ness, the chancellor will order the com-


missioners to appoint a meeting, at which he may surrender. 6 Ves., 445; Amb., But this will be no bar to a prosecution for felony. 6 Ves., 445. In a late case it was decided that if a bankrupt surrender to his commission, and at the time of such surrender refuse to answer particular questions concerning his property, but takes the oath, and assigns as his reason for not answering that he intends to dispute the commis sion, the refusal to answer such question would not be a capital offense within the 5 Geo. II., c. 30, s. 1; Russ. & R., C. C., 392; 3 Moore, 656; 1 B. & B., 308; 7 Price, 616, S. C.-[CHITTY.]

It must appear, in order to a conviction, not merely that the defendant was declared a bankrupt, but that he was a person liable to be so declared; the indictment, therefore, must state the trading, act of bankruptcy, and petitioning creditor's debt, and these must all be duly proved. 4 B. & Adol., 345.

(4) The punishment of pillory is now abolished. 56 Geo. III., c. 138; 1 Vict., c. 23. As to embezzlements, &c., by insolvent debtors, see the stat. 7 Geo. IV., c. 57, s. 70, and 1 & 2 Vict., c. 10, s. 98, 100; and 2 M. & Rob., 25.

From a cursory examination of the revenue laws of the United States, it would seem that, for a forcible resistance of the officers of the customs in the execution of their duties, the highest penalty to which a party exposes himself is a fine of $400.-(Laws U. S., act of 4th August, 1790, § 51.)

is felony, punishable by transportation for seven years, if a prisoner, charged in execution for any debt under £100, neglects or refuses, on demand, to discover and deliver up his effects for the benefit of his creditors." And these are the only felonious offenses against public trade, the residue being mere misdemeanors; as,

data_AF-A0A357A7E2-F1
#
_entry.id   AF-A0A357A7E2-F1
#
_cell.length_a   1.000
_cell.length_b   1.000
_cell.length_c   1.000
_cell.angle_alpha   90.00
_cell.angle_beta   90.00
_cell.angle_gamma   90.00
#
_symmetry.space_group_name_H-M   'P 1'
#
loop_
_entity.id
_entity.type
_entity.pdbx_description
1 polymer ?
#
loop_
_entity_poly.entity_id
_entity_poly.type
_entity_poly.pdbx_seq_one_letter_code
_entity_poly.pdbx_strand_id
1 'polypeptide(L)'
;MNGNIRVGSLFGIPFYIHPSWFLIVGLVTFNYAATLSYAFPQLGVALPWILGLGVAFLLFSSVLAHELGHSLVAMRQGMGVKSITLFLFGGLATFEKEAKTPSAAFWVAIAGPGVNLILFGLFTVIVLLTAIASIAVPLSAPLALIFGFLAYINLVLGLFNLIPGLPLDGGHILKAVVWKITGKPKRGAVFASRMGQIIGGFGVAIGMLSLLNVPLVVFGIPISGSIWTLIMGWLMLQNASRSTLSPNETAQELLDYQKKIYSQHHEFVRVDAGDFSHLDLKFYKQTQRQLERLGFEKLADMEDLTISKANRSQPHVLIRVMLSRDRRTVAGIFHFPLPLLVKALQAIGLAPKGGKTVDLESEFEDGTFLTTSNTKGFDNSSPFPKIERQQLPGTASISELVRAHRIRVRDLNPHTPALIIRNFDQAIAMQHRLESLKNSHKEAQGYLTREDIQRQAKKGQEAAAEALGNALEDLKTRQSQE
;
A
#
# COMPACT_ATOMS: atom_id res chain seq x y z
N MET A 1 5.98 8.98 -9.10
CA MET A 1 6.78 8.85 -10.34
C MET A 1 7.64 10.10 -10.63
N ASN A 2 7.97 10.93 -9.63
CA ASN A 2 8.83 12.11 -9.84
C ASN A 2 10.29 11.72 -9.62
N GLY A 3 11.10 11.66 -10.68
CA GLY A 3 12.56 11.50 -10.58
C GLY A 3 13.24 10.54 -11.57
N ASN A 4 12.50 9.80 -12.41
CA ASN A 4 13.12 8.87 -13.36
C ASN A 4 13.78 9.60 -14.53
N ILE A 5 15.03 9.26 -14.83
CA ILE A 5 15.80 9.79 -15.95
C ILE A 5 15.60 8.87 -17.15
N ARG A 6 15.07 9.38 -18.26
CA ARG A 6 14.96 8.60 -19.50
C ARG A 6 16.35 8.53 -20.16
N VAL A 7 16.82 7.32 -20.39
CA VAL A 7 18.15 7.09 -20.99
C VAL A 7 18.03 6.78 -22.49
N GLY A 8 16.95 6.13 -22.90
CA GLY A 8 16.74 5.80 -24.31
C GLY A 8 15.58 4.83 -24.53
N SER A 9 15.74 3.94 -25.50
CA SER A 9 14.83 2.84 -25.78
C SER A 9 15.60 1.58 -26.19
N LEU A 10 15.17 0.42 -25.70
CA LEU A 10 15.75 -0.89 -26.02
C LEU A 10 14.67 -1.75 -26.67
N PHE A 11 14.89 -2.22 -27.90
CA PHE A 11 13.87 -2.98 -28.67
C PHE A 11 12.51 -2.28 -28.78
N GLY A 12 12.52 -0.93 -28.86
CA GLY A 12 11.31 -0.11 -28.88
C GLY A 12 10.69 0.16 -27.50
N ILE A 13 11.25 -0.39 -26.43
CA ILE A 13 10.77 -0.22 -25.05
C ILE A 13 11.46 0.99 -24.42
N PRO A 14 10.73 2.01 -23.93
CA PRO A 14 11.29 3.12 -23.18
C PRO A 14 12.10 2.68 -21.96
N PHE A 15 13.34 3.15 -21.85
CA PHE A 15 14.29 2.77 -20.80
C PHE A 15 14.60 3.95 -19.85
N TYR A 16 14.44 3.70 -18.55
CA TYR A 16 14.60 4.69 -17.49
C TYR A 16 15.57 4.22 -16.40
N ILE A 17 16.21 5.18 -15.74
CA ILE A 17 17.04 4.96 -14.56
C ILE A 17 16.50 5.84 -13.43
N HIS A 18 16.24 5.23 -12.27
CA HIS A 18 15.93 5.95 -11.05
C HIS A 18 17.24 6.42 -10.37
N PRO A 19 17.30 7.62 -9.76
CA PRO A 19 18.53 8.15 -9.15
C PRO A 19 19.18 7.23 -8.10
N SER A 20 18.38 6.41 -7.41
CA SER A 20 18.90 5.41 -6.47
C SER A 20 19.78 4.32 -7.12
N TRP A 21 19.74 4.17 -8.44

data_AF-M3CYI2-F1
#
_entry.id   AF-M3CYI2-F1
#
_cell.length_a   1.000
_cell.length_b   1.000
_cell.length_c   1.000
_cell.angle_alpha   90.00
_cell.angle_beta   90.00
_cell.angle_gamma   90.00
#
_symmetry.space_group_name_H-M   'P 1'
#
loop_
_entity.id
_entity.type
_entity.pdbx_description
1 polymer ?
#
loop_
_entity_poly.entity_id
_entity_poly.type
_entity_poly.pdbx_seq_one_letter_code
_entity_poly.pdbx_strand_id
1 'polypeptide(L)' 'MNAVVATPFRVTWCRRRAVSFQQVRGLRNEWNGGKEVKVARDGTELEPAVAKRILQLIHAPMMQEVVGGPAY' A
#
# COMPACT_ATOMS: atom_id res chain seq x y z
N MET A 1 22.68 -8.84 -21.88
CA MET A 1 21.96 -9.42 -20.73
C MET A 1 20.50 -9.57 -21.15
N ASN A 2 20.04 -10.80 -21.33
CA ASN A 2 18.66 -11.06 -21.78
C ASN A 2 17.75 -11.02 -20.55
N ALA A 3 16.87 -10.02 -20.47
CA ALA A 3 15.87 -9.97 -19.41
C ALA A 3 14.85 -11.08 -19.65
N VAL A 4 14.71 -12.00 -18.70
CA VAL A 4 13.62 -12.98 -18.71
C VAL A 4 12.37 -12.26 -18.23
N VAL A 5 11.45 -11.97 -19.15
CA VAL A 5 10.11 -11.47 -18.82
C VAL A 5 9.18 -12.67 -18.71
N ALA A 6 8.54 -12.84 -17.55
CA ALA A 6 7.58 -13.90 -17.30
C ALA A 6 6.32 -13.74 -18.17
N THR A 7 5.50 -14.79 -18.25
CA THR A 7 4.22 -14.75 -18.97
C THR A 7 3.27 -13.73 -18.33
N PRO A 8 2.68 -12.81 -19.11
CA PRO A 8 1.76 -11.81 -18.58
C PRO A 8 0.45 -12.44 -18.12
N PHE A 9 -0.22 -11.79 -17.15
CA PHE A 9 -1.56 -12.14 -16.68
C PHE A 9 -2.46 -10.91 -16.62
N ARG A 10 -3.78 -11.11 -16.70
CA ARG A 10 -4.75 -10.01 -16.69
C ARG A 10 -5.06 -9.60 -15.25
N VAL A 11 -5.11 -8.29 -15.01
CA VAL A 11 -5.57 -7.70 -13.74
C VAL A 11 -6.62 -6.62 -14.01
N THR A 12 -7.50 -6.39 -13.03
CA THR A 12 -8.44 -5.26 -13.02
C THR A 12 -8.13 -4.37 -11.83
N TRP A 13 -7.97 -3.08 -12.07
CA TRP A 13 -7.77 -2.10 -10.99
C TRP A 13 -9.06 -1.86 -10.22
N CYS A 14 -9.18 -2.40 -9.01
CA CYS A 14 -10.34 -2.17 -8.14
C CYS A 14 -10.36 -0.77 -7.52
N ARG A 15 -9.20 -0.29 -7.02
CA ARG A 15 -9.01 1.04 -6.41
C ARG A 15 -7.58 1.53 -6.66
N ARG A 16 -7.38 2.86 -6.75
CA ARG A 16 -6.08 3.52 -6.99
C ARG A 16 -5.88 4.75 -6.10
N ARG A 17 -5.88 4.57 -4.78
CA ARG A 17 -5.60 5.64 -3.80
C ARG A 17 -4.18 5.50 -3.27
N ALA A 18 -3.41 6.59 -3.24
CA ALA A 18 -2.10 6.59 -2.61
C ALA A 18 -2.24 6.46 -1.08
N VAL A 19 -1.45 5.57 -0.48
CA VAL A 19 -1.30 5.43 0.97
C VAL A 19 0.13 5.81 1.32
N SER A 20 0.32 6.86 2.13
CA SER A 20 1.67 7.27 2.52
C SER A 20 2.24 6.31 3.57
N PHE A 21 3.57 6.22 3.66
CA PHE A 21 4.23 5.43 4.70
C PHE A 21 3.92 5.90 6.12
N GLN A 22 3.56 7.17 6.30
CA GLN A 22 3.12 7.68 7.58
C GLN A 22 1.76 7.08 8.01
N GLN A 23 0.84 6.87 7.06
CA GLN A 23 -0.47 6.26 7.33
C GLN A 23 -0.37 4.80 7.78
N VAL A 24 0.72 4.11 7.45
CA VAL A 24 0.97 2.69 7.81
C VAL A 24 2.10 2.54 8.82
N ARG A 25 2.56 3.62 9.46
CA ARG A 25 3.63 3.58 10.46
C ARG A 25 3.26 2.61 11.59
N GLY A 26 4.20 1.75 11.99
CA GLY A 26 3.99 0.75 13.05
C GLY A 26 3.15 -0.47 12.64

4. Usury, which is an unlawful contract upon the loan of 4. Usury. money, to receive the same with exorbitant increase. Of this, also, we had occasion to discourse at large in a former volume.g We there observed that by statute 37 Hen. VIII., c. 9, the rate of interest was fixed at £10 per cent. per annum, which the statute 13 Eliz., c. 8, confirms; and ordains that all brokers shall be guilty of a pramunire that transact any contracts for more, and the securities themselves shall be void. The statute [157 | 21 Jac. I., c. 17, reduced interest to eight per cent.; and it having been lowered in 1650, during the usurpation, to six per cent., the same reduction was re-enacted after the restoration by statute 12 Car. II., c. 13; and, lastly, the statute 12 Ann., st. 2, c. 16, has reduced it to five per cent. Wherefore, not only all contracts for taking more are in themselves totally void, but also the lender shall forfeit treble the money borrowed." Also, if any scrivener or broker takes more than five shillings per cent. procuration money, or more than twelve pence for making a bond, he shall forfeit £20 with costs, and shall suffer imprisonment for half a year. And by statute 17 Geo. III., c. 26, to take more than ten shillings per cent. for procuring any money to be advanced on any life-annuity, is made an indictable misdemeanor, and punishable with fine and imprisonment, as is also the offense of procuring or soliciting any infant to grant any life-annuity; or to promise, or otherwise engage, to ratify it when he comes of age."

5. Cheating is another offense more immediately against 5. Cheating. public trade, as that can not be carried on without a punctilious regard to common honesty, and faith between man and man. Hither, therefore, may be referred that prodigious multitude of statutes which are made to restrain and punish deceits

See vol. ii., page 455, &c.

(5) By the 33 Geo. III., c. 5, the debt statutes; which, with the decisions thereis enlarged to £300.-[CHRISTIAN.]* on, are stated ante, vol. ii., p. 455. That usury is an indictable offense, see 2 Burr., 799; 4 T. R., 205; 8 East, 41.†

(6) Great relaxations have been made by recent statutes in favor of trade, of the strict rules of law against usury. See (7) This act is repealed, as to annuithe stat. 3 & 4 Will. IV., c. 98; 5 & 6 ties granted since the 14th of July, 1813, Will. IV., c. 41; 1 Vict., c. 80; 2 & 3 by the 53 Geo. III., c. 141, but similar Vict., c. 37, continued by subsequent provisions are re-enacted.-[CHITTY.]

There is no bankrupt act in the United States at the present time. Twice has Congress passed a bankrupt act; the first expired by its own limitation, and the second was repealed.

Usury is prohibited by statute.-(1 R. S., 772, § 2.) Every violation of a statute is a misdemeanor (2 R. S., 696, § 39), and, of course, indictable.

« EdellinenJatka »